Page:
$59.50 – General Admission
*plus applicable service fees
Tickets are also available service charge free at the following locations:
Fox Theater Box Office – 1807 Telegraph Ave, Oakland CA
located on the 19th Street side of the theater
HOURS: Open during shows & Fridays, noon – 7:00pm
Zellerbach Hall – 101 Zellerbach Hall #4800, Berkeley, CA
located on the UC Berkeley campus
HOURS: Tuesday – Friday, noon – 5:30pm & Saturday – Sunday, 1pm – 5pm
All doors & show times subject to change.
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Father John Misty returns with Chloë and The Next 20th Century, his fifth album and first new material since the release of God’s Favorite Customer in 2018.
Chloë and the Next 20th Century was written and recorded August through December 2020 and features arrangements by Drew Erickson. The album sees Tillman and
producer/multi-instrumentalist Jonathan Wilson resume their longtime collaboration, as well as Dave Cerminara, returning as engineer and mixer. Basic tracks were recorded at Wilson’s Five Star Studios with strings, brass, and woodwinds recorded at United Recordings in a session featuring Dan Higgins and Wayne Bergeron, among others.
Chloë and The Next 20th Century features the singles “Funny Girl,” “Q4,” “Goodbye Mr. Blue,” and “Kiss Me (I Loved You),” and will be available April 8th, 2022 worldwide from Sub Pop and in Europe from Bella Union.
Jason Isbell and the 400 Unit’s new album, The Nashville Sound, is a beautiful piece of American music-making, but watch yourself: it will light a fire under your ass. “You’re still breathing, it’s not too late,” Jason sings.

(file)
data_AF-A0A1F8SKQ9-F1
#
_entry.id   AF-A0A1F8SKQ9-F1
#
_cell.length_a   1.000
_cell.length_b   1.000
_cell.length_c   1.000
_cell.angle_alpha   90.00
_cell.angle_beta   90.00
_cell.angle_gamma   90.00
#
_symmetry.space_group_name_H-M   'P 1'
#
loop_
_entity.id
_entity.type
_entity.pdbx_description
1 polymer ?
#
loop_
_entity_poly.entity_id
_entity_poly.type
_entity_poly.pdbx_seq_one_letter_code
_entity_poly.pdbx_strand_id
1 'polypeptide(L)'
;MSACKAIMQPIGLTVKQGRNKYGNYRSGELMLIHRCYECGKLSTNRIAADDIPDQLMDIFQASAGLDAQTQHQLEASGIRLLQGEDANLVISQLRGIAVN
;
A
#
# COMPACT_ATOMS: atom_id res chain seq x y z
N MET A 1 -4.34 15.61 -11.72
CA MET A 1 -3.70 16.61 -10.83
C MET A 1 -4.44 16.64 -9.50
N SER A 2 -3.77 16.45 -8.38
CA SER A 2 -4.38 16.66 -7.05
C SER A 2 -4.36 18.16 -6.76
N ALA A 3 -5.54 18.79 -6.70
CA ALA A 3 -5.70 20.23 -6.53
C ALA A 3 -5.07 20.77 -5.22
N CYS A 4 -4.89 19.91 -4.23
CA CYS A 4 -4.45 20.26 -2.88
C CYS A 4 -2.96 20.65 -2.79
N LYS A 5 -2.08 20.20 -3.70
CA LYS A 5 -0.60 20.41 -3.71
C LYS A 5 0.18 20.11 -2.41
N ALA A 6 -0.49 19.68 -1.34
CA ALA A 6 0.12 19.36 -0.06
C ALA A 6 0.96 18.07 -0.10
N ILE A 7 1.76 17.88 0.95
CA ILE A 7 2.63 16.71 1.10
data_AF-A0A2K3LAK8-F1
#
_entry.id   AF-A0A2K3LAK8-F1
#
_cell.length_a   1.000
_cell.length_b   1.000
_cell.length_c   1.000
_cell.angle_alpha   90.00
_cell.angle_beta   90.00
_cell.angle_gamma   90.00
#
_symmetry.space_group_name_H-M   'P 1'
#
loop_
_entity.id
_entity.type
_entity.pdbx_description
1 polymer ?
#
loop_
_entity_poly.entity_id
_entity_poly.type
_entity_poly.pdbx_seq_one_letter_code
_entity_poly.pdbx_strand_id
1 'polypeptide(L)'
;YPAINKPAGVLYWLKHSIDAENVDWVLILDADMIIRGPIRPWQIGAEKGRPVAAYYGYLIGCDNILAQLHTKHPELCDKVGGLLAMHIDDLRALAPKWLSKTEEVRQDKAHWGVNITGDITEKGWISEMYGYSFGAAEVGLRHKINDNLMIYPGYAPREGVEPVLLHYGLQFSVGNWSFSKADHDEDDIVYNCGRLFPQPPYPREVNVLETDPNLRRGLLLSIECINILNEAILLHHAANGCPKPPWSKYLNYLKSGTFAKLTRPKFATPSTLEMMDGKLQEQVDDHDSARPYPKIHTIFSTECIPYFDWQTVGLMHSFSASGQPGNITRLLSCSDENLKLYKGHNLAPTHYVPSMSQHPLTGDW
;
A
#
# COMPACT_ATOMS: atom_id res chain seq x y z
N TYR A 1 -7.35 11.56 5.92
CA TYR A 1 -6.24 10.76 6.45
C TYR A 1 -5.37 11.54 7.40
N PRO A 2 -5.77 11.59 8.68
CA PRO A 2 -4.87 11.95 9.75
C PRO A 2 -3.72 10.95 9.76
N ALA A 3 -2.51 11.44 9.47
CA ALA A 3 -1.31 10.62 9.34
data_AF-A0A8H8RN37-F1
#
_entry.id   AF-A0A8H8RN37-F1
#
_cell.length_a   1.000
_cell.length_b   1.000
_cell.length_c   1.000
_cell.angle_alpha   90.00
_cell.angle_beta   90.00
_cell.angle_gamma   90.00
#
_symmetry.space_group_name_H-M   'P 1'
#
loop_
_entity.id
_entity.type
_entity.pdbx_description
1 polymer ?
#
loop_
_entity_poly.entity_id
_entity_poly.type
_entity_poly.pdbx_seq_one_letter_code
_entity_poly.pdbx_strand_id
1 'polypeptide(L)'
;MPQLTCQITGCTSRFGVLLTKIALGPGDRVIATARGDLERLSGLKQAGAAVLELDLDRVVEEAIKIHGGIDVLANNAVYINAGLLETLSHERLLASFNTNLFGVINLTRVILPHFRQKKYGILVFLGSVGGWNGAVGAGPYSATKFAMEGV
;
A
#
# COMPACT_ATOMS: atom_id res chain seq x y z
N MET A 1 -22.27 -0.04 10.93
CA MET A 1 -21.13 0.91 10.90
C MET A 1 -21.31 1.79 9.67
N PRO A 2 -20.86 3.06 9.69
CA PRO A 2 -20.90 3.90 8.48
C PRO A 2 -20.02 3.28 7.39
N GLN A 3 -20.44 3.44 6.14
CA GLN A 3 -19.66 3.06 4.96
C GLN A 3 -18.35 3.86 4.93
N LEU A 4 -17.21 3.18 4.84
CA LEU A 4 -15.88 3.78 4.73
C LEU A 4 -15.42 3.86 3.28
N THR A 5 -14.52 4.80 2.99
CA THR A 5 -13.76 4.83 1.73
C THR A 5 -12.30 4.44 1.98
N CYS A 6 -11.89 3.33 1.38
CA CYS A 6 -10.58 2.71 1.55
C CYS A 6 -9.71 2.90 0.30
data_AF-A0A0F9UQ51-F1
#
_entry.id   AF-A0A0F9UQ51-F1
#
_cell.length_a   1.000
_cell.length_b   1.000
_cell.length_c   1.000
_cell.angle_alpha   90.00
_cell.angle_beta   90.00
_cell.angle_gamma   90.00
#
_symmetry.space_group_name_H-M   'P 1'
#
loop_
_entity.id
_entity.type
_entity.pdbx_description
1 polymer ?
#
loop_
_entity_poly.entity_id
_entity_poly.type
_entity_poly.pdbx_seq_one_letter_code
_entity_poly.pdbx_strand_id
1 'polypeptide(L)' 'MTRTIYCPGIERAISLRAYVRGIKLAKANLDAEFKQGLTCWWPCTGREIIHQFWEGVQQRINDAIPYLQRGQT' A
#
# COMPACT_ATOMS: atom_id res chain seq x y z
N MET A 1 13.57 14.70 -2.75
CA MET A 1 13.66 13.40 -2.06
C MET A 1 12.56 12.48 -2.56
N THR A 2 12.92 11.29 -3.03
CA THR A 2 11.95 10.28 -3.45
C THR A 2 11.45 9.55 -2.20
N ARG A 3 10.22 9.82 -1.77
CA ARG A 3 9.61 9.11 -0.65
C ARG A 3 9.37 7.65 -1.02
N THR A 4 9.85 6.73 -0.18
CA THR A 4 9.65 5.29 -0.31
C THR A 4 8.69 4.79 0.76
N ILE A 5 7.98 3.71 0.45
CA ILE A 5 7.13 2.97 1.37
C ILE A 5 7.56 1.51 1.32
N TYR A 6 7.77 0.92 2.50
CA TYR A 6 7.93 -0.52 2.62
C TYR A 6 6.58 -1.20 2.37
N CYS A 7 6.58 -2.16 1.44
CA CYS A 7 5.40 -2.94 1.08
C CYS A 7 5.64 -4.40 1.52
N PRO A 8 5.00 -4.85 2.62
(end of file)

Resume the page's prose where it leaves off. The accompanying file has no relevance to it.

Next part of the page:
This album is a call, and the songs on it send sparks flying into a culture that’s already running so hot the needle on the temperature gauge is bouncing erratically in the red. And while it’s understandable that, in this moment, some people want their radio to help them drift away, this finely calibrated set of ten songs is aimed right between the clear eyes of people who prefer to stay present and awake. It’s a call to those who won’t cower no matter how erratically the world turns, and who aren’t afraid of what looks back when they look in the mirror. Bruce Springsteen did that. Neil Young did that. Jason Isbell does that.
As with Isbell’s 2013 breakthrough, Southeastern, and his double-Grammy-winning follow up, 2015’s Something More Than Free, The Nashville Sound was produced by Dave Cobb. Isbell says that he and Cobb created a simple litmus test for the decisions they made in the two weeks they spent at RCA Studios (which was known as “The home of the Nashville Sound” back in the ’60’s and ’70s): they only made sonic moves that their heroes from back in the day could’ve made, but simply never did. It’s a shrewd approach—an honest way to keep the wiz-bang of modern recording technology at arms length, while also leaving the old bag of retro rock ’n’ roll tricks un-rummaged. Lyrically, The Nashville Sound is timely. Musically, it is timeless.